Guest Author - Christine Blachford
The FIA World Council met at their headquarters in Paris recently, and discussed some important matters regarding F1, how it is run, and what we should expect next year. Here is a breakdown of some of the more important details to come out of that meeting.
Provisional 2009 Calendar
The calendar was released for next year, still subject to change, and it's caused a bit of a stir. The entire season has moved back, starting at the very end of March and running right through November. The last race on the calendar is the only new circuit featured - Abu Dhabi. Turkey has returned to its later slot in the year, after this season's race caused all manner of problems as the weather was not anticipated. Personally, I thought that was a good thing, as it mixed up the race, but obviously the FIA do not agree. Finally, after all the rumblings from Bernie Ecclestone, France, Britain and Australia all survive this first round of negotiations. Disappointingly, there is still no US GP.
Tyre Warmers Ban
The FIA have decided to scrap the banning of tyre warmers, for next year at least. The potential ban was to come in and coincide with the reintroduction of slick tyres, but teams and drivers were concerned about safety issues. The FIA decided it would be best to push back the ban until more was known. Bridgestone have said the only safety issue is that the teams weren't listening regarding their optimised tyre pressure advice, and are now annoyed that they've had to change the compounds of the tyres to adapt to the tyre warmers once again.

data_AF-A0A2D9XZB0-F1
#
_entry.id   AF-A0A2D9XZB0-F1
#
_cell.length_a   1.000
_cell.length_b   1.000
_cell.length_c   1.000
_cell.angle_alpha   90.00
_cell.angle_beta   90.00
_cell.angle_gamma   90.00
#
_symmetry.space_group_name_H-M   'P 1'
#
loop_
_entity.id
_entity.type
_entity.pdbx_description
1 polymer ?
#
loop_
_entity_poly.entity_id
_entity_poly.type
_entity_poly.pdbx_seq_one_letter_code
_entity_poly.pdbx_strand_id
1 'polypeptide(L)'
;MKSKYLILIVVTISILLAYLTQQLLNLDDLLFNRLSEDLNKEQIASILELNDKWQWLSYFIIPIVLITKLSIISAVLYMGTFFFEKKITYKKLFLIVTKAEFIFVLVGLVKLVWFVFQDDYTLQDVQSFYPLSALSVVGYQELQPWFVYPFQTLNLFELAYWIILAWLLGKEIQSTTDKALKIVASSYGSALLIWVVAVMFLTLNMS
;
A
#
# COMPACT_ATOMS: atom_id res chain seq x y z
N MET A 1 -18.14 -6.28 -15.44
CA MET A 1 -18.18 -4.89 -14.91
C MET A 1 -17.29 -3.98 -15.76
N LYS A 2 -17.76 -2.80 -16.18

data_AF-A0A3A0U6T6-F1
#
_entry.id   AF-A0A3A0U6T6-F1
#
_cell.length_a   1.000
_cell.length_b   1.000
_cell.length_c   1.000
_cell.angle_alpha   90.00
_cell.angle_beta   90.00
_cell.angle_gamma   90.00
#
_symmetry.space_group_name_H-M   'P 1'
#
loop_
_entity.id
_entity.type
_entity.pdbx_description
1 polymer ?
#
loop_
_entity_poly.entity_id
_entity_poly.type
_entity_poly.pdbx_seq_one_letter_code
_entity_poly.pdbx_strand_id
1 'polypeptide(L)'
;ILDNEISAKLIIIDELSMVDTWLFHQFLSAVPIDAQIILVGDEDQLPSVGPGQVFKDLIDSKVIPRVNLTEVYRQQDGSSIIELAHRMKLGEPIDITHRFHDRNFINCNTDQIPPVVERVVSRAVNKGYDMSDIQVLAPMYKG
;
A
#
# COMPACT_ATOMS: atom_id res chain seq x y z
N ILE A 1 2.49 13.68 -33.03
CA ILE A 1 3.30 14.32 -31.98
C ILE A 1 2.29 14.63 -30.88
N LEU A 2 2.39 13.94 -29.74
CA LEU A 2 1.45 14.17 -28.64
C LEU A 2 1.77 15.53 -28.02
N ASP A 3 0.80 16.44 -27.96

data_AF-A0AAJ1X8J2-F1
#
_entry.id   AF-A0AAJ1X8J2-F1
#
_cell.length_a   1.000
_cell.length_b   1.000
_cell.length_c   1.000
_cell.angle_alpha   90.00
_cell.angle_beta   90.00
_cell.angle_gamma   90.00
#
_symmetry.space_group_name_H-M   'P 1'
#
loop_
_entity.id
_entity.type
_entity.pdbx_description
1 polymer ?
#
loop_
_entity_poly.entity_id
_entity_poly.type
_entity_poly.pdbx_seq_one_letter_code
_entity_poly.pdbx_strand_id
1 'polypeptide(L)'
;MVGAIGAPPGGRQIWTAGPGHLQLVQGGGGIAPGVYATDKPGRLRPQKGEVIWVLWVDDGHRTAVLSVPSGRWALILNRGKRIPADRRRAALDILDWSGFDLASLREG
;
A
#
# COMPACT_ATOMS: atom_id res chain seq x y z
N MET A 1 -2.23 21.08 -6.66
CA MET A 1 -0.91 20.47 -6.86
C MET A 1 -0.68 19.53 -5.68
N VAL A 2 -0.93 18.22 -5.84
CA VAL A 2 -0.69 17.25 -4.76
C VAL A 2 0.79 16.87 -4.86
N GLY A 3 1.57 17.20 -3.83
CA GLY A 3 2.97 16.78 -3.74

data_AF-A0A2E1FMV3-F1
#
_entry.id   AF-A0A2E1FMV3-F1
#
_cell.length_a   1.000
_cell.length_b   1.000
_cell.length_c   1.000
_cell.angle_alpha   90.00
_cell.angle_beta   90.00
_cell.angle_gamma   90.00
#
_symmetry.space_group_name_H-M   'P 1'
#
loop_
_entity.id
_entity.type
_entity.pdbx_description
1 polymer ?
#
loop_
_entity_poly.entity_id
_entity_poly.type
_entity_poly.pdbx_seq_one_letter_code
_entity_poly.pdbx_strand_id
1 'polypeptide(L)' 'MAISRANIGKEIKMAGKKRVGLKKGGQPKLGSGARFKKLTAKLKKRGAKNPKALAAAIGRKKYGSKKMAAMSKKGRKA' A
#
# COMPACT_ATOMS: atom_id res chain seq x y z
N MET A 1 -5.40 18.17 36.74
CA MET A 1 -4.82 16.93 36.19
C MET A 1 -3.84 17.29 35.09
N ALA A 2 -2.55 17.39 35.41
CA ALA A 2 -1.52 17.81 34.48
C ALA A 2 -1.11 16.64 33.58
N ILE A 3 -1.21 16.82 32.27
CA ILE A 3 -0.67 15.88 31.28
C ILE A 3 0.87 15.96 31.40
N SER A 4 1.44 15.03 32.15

The team entry fees looked set for a price hike up until recently, but the World Council have opted to keep the rise in line with inflation rather than bump up as proposed. The idea was to include things that the FIA pay for, such as weather information, and digital flags. It looks like this all ties in with the Concorde Agreement as well, so I'm sure this isn't the last we'll hear on the matter.
F2 was a feeder series for F1 a long time ago, and was scrapped. Now, the FIA want to bring back the name and make a new series to promote young drivers. They want it to be seriously budgeted though, and the low price of the cars is making a lot of teams think it isn't going to either be viable or worth looking at. It's not entirely clear if this is to replace GP2 or sit alongside it, and at the moment details are scarce. As before, I'm sure there's more to come on this, as well.
Those are the main points covered. We may return and look at any that crop up again in the future, perhaps in more detail.